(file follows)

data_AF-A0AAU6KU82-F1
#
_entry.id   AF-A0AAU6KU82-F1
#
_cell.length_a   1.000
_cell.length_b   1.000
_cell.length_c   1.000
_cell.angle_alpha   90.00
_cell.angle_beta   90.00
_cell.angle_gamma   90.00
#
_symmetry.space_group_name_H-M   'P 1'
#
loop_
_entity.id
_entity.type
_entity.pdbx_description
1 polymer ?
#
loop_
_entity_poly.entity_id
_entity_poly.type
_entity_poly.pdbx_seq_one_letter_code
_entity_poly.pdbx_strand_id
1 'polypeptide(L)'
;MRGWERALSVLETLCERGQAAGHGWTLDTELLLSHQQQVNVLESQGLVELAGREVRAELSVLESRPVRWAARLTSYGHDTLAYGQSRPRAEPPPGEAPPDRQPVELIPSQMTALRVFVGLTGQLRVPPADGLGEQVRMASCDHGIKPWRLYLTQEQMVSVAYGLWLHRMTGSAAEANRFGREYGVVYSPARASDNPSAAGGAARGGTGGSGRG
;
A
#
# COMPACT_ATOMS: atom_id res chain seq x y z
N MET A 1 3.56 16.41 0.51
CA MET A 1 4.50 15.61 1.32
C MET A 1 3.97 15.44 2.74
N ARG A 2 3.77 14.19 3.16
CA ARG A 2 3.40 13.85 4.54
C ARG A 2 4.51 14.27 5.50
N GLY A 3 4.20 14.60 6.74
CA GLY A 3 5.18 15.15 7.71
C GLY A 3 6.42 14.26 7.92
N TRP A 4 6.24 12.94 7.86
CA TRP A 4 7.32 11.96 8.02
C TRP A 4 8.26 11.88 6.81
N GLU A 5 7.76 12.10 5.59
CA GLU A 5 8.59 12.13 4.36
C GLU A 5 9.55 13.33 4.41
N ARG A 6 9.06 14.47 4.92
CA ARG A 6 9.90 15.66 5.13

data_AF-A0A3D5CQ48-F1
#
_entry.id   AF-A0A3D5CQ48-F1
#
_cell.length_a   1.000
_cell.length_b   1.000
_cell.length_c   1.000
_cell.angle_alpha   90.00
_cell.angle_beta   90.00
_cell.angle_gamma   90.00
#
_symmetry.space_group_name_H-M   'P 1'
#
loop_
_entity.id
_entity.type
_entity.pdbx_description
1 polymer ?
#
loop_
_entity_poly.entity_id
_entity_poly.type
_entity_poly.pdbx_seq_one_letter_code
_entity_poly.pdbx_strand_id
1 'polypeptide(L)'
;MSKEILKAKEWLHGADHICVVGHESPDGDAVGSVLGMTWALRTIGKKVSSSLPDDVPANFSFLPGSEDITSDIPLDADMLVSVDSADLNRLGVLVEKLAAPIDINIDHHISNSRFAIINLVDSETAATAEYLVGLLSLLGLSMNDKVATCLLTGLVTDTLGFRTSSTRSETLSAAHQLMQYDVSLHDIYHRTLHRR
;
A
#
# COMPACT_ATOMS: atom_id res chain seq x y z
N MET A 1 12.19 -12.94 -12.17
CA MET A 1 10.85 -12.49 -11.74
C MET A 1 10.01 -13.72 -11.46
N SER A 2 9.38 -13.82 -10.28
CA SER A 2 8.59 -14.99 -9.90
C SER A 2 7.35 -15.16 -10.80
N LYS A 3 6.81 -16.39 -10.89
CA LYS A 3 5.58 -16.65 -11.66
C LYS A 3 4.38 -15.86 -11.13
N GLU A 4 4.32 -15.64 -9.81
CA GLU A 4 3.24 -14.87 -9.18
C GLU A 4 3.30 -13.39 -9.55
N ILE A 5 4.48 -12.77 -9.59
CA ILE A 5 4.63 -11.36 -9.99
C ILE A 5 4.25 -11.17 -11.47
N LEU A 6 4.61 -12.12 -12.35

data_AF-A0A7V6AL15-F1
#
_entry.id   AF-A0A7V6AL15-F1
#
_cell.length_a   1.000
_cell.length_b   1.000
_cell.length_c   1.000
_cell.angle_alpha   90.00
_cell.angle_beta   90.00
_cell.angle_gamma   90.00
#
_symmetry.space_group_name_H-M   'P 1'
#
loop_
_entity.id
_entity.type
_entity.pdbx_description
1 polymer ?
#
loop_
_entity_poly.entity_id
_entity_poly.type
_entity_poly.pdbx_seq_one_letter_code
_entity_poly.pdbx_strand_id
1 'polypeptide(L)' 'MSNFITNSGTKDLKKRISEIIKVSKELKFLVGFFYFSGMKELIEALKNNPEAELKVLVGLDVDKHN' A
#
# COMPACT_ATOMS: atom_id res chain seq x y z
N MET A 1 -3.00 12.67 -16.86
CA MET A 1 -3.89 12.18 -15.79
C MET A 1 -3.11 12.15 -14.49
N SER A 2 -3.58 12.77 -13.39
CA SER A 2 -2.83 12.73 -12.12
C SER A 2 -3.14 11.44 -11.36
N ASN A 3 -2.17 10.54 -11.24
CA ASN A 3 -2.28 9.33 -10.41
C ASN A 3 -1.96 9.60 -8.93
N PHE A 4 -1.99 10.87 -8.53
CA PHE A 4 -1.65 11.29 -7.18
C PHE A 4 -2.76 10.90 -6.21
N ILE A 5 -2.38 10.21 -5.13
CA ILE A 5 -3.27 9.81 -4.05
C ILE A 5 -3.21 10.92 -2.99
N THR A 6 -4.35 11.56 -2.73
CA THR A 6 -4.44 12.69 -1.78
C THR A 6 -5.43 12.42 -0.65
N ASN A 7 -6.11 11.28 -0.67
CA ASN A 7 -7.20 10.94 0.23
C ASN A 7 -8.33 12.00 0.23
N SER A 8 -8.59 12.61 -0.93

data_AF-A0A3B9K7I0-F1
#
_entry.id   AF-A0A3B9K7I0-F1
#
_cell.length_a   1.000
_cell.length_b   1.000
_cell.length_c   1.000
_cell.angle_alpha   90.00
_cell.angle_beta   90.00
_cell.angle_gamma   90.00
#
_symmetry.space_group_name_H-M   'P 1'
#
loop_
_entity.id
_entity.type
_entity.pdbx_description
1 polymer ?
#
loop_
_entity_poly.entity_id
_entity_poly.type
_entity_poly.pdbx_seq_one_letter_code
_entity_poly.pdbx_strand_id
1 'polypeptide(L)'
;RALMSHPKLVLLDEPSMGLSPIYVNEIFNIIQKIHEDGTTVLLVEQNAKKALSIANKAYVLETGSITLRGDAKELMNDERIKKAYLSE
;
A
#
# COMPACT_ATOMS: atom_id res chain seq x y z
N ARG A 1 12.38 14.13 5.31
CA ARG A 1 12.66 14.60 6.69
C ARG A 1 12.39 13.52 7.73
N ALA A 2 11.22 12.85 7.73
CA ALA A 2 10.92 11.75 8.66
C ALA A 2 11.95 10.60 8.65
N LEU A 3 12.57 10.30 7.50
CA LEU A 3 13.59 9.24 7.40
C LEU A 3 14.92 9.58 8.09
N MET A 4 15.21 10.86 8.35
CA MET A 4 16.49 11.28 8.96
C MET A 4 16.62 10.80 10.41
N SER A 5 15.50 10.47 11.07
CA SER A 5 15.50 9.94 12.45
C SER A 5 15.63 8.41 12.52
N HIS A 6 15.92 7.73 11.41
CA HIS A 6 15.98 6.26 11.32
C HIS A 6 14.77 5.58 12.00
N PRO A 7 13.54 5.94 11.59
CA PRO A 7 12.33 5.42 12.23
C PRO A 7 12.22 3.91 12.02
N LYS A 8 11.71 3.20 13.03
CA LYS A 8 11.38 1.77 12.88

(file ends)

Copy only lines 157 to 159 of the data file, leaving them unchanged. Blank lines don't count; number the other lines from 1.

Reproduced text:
_entity.id
_entity.type
_entity.pdbx_description